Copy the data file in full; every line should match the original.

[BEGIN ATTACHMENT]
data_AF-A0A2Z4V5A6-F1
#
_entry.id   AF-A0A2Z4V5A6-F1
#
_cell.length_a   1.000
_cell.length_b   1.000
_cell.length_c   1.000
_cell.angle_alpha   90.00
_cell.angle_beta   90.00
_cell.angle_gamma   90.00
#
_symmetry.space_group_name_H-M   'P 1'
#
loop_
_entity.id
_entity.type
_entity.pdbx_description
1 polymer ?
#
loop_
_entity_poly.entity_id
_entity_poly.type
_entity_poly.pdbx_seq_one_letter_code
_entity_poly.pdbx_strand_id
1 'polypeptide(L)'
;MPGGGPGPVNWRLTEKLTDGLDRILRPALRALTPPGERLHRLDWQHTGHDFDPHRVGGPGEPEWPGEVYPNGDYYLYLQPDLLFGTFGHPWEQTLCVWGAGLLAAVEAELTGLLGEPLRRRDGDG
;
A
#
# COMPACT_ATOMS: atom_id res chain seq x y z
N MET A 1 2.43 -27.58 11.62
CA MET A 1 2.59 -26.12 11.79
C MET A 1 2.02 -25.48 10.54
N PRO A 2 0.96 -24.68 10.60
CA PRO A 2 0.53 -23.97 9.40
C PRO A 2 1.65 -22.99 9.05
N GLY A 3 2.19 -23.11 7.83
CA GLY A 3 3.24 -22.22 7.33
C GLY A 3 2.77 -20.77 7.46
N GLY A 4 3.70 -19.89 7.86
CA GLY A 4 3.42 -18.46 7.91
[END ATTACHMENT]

data_AF-A0A2Z4V5A6-F1
#
_entry.id   AF-A0A2Z4V5A6-F1
#
_cell.length_a   1.000
_cell.length_b   1.000
_cell.length_c   1.000
_cell.angle_alpha   90.00
_cell.angle_beta   90.00
_cell.angle_gamma   90.00
#
_symmetry.space_group_name_H-M   'P 1'
#
loop_
_entity.id
_entity.type
_entity.pdbx_description
1 polymer ?
#
loop_
_entity_poly.entity_id
_entity_poly.type
_entity_poly.pdbx_seq_one_letter_code
_entity_poly.pdbx_strand_id
1 'polypeptide(L)'
;MPGGGPGPVNWRLTEKLTDGLDRILRPALRALTPPGERLHRLDWQHTGHDFDPHRVGGPGEPEWPGEVYPNGDYYLYLQPDLLFGTFGHPWEQTLCVWGAGLLAAVEAELTGLLGEPLRRRDGDG
;
A
#
# COMPACT_ATOMS: atom_id res chain seq x y z
N MET A 1 2.43 -27.58 11.62
CA MET A 1 2.59 -26.12 11.79
C MET A 1 2.02 -25.48 10.54
N PRO A 2 0.96 -24.68 10.60
CA PRO A 2 0.53 -23.97 9.40
C PRO A 2 1.65 -22.99 9.05
N GLY A 3 2.19 -23.11 7.83
CA GLY A 3 3.24 -22.22 7.33
C GLY A 3 2.77 -20.77 7.46
N GLY A 4 3.70 -19.89 7.86
CA GLY A 4 3.42 -18.46 7.91